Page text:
A former actor turned culture war-advocating populist has crashed and burned in London’s mayoral contest, despite having sizeable financial backing and being treated with fascination by the UK’s right-leaning newspapers.
Laurence Fox, whose best claim to fame is once playing a supporting role in a Sunday-evening murder drama beloved by boomers, received a humiliatingly miniscule 1.87% of the vote, and lost a £10,000 deposit after falling well short of the minimum 5% threshold.
The result placed Fox behind YouTuber Niko Omilana, whose main policies appeared to be reducing the price of a Freddo to 5p, and only marginally ahead of satirical candidate Count Binface, a “space politician” who pledged to vaporise the other candidates, and Brian Rose, a former banker who has promoted COVID conspiracy theories and has drunk his own piss for attention.
Incumbent Labour Party mayor Sadiq Khan won re-election with 55.2% of the votes once second preferences had been allocated. The Conservatives’ Shaun Bailey, whose campaign was marked by a series of gaffes, came second with 44.8% after second preference votes had been allocated. The Green Party candidate Sian Berry came third with 7.8%.
Fox stood on a platform of ending the coronavirus lockdown in London even as Britain’s national restrictions ease on a path to ending pretty much completely on the 21st of June, just over six weeks after polling day.
During the campaign he constantly used his social media platform to spread COVID misinformation. He has described facemasks as “woke burqas,” urged people not to wear them despite it being a requirement to wear a facemask when actually voting, and made a point of not wearing a mask while entering shops when he was campaigning, despite the wishes of shop owners he was canvassing. In April he tweeted a screengrab of his invitation to be vaccinated, saying “There’s no need to ‘vaccinate’ the healthy.” The tweet was marked as “misleading” by Twitter.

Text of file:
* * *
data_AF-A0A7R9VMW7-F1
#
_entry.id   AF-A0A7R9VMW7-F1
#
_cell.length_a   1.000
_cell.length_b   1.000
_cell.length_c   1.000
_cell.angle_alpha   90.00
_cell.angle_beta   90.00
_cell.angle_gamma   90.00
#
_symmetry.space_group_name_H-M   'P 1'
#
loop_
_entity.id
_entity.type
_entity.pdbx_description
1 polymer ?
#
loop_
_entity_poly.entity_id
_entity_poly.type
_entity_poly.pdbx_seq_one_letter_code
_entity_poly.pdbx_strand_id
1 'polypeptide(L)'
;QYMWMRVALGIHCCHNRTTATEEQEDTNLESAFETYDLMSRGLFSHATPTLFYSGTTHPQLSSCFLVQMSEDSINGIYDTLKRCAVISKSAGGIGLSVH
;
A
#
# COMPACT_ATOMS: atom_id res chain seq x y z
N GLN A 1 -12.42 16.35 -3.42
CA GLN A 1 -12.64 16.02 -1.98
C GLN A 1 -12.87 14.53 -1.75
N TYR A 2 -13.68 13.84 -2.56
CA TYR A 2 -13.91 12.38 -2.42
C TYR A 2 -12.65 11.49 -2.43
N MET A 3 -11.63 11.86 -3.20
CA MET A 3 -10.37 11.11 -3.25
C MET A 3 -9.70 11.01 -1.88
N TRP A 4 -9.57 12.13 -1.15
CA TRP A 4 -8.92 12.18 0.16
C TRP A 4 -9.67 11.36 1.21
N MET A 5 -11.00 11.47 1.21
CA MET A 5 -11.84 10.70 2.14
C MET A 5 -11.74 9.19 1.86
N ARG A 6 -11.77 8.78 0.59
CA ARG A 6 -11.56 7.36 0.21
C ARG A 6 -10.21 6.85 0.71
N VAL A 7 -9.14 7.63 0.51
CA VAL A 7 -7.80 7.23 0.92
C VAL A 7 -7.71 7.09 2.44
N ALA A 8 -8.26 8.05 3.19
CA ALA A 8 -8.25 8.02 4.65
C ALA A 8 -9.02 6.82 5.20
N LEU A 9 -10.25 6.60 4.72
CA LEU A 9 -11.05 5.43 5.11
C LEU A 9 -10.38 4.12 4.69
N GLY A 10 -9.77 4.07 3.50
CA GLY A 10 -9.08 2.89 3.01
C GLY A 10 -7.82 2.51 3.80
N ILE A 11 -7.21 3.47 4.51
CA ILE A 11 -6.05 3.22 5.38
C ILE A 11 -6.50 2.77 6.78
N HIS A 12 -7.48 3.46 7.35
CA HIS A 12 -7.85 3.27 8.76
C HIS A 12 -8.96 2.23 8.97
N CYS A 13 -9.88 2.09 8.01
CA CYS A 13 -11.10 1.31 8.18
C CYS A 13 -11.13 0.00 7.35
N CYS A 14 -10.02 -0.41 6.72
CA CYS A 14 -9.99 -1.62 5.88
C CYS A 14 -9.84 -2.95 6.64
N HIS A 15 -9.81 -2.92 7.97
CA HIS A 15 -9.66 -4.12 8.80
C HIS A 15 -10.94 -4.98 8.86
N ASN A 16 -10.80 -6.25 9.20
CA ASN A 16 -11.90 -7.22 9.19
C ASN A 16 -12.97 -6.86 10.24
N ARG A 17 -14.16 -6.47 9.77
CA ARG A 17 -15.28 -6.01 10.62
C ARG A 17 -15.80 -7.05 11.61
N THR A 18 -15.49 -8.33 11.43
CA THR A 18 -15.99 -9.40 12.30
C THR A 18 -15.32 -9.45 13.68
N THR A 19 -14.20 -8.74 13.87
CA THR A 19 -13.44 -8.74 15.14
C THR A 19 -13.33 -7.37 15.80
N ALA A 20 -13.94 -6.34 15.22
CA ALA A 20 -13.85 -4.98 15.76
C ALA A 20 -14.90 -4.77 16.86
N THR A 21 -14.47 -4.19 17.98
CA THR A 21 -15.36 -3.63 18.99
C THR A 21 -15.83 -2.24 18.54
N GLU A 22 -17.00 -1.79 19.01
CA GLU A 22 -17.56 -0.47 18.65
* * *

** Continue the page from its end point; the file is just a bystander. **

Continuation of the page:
Fox’s Reclaim party, which he launched in September 2020, had a reported £5 million warchest backing it, and reportedly spent almost £19,000 in Facebook advertising in one week, although there is a spending limit of London mayoral elections of £420,000. The party’s main funder is multi-millionaire Brexit supporter Jeremy Hosking, who is worth £375 million. Hosking has said that the party was founded “to fight the Culture War [sic] which many of us see as the most important issue of our time” and that Fox’s candidacy stood for “the vital agenda of arresting the subversion of Britain’s history, traditions and culture by our universities, woke activists and privileged media outlets such as the BBC.”
Fox’s candidacy was endorsed by Brexit Party leader Nigel Farage.
He received miniscule public support despite being the third most recognisable name on the ballot according to one poll. According to a YouGov poll, 16 percent of voters either had a good idea of who Fox is and what he stands for, and 18 percent had a vague idea. This was in a London mayoral election with the highest number of candidates ever, in which most Londoners didn’t know who 14 of their 20 candidates were.
The former actor entered the political scene after a controversial appearance on BBC panel show Question Time, in which he accused a woman of racism for calling him a “white, privileged male”, after he disputed the idea that the media’s treatment of Meghan Markle was racist.
Fox, who went to the Royal Academy of Dramatic Art (RADA) after dropping out of public school Harrow, became something of a household name following the appearance, and became a right-wing figurehead as an “anti-woke bad boy”.
In this role, Fox achieved significant media notoriety, which may account for his high recognition among voters. Sometimes his desire to provoke has landed him in hot water. He has hit the headlines because he is being sued for libel by three people he called “paedophiles” on Twitter, in comments that have since been deleted. Fox has used his platform to argue that “free speech” is under threat, but has also threatened to sue a Time Out journalist for libel for calling him a racist.